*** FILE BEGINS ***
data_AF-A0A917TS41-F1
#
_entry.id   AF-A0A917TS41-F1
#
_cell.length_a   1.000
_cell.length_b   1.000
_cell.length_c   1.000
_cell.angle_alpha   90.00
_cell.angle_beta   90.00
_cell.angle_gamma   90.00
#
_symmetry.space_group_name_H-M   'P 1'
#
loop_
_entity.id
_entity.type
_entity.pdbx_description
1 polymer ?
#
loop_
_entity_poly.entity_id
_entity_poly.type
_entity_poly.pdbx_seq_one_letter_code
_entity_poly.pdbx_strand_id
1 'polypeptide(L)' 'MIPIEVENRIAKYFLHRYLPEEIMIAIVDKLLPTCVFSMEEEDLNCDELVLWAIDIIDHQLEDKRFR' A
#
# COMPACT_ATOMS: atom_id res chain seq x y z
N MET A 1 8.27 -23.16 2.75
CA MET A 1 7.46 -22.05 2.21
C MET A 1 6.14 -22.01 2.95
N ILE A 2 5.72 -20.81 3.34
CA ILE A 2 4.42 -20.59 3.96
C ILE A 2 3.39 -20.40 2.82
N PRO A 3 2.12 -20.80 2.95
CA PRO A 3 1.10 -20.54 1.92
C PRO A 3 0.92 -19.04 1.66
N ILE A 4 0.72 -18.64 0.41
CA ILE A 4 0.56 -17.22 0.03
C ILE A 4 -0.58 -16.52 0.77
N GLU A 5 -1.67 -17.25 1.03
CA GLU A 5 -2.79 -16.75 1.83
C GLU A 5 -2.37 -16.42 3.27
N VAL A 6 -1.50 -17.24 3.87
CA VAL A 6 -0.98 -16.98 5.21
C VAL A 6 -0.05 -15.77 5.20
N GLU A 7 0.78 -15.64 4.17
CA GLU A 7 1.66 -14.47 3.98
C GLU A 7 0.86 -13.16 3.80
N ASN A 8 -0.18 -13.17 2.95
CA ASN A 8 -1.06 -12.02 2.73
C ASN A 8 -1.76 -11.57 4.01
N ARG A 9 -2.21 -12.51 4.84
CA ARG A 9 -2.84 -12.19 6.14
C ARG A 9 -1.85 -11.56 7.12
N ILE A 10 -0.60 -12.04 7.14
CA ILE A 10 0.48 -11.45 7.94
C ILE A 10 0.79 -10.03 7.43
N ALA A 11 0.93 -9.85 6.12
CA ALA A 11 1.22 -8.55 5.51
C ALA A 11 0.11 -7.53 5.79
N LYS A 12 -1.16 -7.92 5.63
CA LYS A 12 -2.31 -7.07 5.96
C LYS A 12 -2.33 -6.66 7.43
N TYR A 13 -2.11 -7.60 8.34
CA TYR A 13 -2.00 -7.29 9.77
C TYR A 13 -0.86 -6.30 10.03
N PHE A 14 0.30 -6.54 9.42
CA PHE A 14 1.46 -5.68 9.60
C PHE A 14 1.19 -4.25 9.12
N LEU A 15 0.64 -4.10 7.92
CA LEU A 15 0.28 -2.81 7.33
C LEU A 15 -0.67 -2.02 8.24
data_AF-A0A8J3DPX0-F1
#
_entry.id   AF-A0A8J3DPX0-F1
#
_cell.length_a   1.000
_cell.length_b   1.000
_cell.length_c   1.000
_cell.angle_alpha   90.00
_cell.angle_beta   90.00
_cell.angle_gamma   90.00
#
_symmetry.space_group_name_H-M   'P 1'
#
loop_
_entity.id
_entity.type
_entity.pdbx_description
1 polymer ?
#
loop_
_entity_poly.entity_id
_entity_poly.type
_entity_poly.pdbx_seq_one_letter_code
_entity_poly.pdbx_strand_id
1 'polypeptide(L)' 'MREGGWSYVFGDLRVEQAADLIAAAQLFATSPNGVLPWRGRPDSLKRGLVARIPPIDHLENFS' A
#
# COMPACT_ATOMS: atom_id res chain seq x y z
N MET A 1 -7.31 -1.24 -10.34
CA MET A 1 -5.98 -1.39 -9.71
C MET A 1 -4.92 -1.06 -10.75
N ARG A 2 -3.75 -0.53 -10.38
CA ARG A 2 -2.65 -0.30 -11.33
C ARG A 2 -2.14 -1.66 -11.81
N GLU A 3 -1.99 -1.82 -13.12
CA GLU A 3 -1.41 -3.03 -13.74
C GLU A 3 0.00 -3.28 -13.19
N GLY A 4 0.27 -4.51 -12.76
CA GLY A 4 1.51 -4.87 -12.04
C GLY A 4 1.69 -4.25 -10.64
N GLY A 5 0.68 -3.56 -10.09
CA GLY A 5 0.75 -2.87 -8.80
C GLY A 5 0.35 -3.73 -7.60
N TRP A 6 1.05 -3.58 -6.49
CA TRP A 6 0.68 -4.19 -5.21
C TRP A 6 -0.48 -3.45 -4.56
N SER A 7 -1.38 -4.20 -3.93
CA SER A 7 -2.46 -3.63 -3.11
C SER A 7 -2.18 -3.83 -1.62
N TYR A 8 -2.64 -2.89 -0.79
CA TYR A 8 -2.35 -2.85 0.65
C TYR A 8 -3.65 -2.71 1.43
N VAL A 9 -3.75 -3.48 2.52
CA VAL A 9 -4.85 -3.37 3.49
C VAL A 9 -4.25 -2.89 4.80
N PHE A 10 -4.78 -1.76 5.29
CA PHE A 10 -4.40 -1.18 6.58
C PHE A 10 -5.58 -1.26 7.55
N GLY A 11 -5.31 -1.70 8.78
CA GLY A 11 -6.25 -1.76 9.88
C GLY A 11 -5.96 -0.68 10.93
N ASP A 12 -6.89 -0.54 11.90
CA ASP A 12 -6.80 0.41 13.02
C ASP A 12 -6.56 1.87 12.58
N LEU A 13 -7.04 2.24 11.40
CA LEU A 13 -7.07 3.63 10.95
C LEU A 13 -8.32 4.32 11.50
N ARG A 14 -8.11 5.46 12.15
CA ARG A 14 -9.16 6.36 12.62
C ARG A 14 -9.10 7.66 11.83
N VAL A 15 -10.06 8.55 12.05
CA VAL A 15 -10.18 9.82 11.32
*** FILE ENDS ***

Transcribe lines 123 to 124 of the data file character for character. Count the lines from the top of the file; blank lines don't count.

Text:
C TYR A 8 -3.65 -2.71 1.43
N VAL A 9 -3.75 -3.48 2.52